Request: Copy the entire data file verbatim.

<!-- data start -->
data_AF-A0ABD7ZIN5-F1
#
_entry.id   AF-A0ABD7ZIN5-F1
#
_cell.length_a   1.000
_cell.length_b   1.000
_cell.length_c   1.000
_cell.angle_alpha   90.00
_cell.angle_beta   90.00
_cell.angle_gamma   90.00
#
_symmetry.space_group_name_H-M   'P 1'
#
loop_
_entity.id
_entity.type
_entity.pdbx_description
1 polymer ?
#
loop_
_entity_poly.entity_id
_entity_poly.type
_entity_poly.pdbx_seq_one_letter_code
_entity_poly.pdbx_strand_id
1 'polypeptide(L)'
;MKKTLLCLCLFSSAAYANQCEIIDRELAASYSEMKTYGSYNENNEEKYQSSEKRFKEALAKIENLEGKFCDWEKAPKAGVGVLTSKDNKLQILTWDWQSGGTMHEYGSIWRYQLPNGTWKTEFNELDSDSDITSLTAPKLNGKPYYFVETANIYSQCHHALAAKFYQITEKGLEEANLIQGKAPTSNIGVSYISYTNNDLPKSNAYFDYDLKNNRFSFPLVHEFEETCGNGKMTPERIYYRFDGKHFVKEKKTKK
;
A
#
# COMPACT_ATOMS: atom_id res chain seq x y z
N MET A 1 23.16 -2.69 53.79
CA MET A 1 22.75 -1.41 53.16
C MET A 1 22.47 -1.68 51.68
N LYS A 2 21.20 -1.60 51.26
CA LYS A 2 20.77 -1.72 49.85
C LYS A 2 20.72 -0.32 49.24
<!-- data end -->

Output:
data_AF-A0ABD7ZIN5-F1
#
_entry.id   AF-A0ABD7ZIN5-F1
#
_cell.length_a   1.000
_cell.length_b   1.000
_cell.length_c   1.000
_cell.angle_alpha   90.00
_cell.angle_beta   90.00
_cell.angle_gamma   90.00
#
_symmetry.space_group_name_H-M   'P 1'
#
loop_
_entity.id
_entity.type
_entity.pdbx_description
1 polymer ?
#
loop_
_entity_poly.entity_id
_entity_poly.type
_entity_poly.pdbx_seq_one_letter_code
_entity_poly.pdbx_strand_id
1 'polypeptide(L)'
;MKKTLLCLCLFSSAAYANQCEIIDRELAASYSEMKTYGSYNENNEEKYQSSEKRFKEALAKIENLEGKFCDWEKAPKAGVGVLTSKDNKLQILTWDWQSGGTMHEYGSIWRYQLPNGTWKTEFNELDSDSDITSLTAPKLNGKPYYFVETANIYSQCHHALAAKFYQITEKGLEEANLIQGKAPTSNIGVSYISYTNNDLPKSNAYFDYDLKNNRFSFPLVHEFEETCGNGKMTPERIYYRFDGKHFVKEKKTKK
;
A
#
# COMPACT_ATOMS: atom_id res chain seq x y z
N MET A 1 23.16 -2.69 53.79
CA MET A 1 22.75 -1.41 53.16
C MET A 1 22.47 -1.68 51.68
N LYS A 2 21.20 -1.60 51.26
CA LYS A 2 20.77 -1.72 49.85
C LYS A 2 20.72 -0.32 49.24